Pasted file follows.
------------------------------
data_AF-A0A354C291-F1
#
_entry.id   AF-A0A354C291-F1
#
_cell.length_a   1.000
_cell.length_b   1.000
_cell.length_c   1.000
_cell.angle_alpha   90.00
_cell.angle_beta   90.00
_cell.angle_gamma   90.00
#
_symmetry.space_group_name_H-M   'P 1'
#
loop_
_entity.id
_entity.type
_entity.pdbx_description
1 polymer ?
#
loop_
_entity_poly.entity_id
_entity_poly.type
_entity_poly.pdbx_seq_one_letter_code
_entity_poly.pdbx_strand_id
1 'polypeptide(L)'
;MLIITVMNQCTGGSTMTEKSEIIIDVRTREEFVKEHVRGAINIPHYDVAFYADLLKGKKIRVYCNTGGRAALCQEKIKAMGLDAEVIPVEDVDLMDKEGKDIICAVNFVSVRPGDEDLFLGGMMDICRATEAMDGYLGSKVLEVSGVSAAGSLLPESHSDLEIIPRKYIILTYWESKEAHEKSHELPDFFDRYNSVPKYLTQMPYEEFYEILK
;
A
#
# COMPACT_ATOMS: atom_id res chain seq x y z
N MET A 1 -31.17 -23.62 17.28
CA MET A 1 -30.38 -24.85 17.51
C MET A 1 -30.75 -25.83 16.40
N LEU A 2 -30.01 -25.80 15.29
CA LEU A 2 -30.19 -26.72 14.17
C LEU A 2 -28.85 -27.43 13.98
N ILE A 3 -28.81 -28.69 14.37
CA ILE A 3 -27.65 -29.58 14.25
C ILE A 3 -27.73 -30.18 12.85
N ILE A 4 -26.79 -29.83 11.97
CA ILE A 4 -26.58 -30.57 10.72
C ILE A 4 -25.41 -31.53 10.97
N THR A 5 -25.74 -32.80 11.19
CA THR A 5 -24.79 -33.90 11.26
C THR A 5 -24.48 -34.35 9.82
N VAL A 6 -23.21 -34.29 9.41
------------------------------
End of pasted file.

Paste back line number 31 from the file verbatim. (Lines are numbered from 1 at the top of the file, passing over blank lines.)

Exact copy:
N MET A 1 -31.17 -23.62 17.28